Standoff between Finns who won’t flinch keeps both in ECB race

Finland is likely to keep pushing both of its candidates to succeed Mario Draghi as president of the European Central Bank -- as neither of them gives way to the other.
Photo: Karoliina Vuorenmäki
Photo: Karoliina Vuorenmäki

Government officials will probably promote the merits of former Finnish central bank Governor Erkki Liikanen, 68, and his successor Olli Rehn, 57, for now as horse-trading for the top posts of the European Union heats up, according to people with knowledge of the matter.

Their chances of getting the ECB job center on the scenario of an impasse between Germany and France that would see one of them stepping in as part of a compromise. Such an outcome would meet the unwritten criteria for a candidate from a northern European country to succeed the southern European who will have run the central bank for eight years.

What has prolonged the standoff between the two Finns is the creation of a new coalition government that includes both Liikanen’s Social Democrats and Rehn’s Center Party. That surprise outcome canceled a potential solution where a lack of political support could effectively have taken one out of the race.

At this stage in the ECB succession process, some names being floated might only be to test their acceptability. Finland won’t have to commit to a single candidate until it becomes clear which, if any, enjoys broad backing, two people said. That approach could save the country’s new cabinet, sworn in last week, from internal strife.

Liikanen served on the ECB Governing Council for 14 years as the Finnish governor and has been one of Draghi’s most trusted confidants. He would be the oldest-ever person in the job. This week, he won the endorsement of the Economist magazine for the role.

Rehn earned his credentials as an EU Commissioner during the region’s debt crisis, a role that might spark bitter memories in some countries. He would be the youngest-ever ECB president, and one whose central banking career is currently just over two years old.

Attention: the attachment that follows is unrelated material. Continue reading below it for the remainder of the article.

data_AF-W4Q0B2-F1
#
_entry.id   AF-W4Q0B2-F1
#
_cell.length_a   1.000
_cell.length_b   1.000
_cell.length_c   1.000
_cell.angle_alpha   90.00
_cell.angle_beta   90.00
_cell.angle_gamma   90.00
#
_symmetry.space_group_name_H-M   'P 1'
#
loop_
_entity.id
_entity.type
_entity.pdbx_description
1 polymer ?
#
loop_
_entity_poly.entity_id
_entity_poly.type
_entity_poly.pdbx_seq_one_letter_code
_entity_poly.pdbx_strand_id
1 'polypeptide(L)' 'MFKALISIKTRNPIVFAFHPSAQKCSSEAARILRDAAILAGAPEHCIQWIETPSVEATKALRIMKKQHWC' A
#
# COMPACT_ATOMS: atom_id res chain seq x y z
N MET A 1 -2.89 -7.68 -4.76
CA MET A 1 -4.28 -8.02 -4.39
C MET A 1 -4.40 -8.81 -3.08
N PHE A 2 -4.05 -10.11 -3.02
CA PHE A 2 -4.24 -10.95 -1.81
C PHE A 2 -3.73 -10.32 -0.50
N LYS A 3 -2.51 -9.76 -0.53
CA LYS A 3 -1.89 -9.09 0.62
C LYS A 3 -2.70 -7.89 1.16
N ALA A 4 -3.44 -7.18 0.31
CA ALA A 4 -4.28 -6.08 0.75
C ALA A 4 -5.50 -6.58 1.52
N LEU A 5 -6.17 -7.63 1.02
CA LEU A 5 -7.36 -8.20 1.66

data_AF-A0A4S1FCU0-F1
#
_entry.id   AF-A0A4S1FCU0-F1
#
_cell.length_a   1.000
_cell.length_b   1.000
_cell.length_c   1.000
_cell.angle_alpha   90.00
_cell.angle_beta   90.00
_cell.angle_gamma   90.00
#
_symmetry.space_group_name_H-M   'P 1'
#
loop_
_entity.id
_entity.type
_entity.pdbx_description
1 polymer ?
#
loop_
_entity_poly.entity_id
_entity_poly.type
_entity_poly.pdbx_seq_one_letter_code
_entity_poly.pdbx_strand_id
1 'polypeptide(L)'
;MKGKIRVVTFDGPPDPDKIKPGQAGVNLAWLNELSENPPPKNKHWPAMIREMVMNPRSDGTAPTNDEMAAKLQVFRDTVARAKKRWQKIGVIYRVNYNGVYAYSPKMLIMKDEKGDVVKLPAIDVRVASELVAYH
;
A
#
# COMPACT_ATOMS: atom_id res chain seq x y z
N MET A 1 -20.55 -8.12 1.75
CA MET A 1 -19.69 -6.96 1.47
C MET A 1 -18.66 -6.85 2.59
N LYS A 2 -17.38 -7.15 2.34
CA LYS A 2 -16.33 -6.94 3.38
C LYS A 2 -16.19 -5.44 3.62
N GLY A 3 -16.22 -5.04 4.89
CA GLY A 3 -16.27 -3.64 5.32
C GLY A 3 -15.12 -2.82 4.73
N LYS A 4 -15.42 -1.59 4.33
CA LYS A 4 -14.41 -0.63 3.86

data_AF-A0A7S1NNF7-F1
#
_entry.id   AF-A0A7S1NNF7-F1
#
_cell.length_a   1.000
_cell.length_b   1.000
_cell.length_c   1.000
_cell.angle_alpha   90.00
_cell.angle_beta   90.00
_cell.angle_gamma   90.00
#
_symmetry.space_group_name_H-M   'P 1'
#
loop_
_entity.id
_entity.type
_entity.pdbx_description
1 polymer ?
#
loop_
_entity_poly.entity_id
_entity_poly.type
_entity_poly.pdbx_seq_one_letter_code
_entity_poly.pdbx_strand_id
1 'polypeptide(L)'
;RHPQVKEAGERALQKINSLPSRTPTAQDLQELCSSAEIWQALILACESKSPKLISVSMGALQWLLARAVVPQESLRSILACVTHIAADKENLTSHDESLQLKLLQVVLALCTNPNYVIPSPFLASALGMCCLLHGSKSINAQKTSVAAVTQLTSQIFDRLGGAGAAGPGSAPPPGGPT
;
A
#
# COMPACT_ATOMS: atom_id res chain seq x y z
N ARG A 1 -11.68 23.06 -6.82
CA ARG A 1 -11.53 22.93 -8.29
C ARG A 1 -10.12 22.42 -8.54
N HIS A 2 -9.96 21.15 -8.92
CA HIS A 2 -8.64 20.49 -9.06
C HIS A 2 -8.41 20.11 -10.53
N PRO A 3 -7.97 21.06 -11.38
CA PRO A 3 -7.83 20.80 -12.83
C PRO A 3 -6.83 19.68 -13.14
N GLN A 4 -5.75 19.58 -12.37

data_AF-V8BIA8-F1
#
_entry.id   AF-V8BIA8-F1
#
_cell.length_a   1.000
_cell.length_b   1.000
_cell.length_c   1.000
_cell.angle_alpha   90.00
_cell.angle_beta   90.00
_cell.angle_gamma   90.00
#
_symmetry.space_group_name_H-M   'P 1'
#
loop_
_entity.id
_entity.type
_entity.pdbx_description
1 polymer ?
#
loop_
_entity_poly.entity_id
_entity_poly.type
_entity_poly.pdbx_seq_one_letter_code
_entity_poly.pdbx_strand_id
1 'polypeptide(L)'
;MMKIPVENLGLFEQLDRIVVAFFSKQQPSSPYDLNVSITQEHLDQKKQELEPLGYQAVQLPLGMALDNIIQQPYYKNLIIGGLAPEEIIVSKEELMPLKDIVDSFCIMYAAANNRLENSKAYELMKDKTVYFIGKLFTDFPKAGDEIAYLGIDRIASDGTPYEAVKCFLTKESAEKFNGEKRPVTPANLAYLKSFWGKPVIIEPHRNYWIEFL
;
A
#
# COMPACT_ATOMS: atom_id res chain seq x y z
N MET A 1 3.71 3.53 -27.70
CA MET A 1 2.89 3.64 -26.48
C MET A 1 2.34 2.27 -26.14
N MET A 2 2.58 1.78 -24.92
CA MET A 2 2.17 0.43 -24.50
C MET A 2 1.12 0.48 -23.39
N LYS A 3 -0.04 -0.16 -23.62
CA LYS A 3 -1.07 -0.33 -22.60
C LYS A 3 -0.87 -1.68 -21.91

Each has taken a different approach to the succession. Liikanen hinted last year that he was open to the role but insisted he wouldn’t campaign for it. By contrast, Rehn has repeatedly highlighted his candidacy by calling for the ECB to revisit assumptions underpinning its mandate.

EU leaders are currently tussling over a series of senior roles, including the helm of the central bank and the presidency of the European Commission. German Chancellor Angela Merkel is currently seeking either the Commission for her party ally Manfred Weber, or the ECB for Bundesbank President Jens Weidmann.

Finland isn’t the only country with more than one leading ECB contender. French President Emmanuel Macron has yet to choose a candidate between Bank of France Governor Francois Villeroy de Galhau, and ECB Executive Board member Benoit Coeure.

It’s possible that the leaders could push their decision on the next ECB president into July or later as they first focus on appointing the bloc’s top political positions.

Finnish ECB presidential candidate Rehn calls for more tools to mainstream green finance

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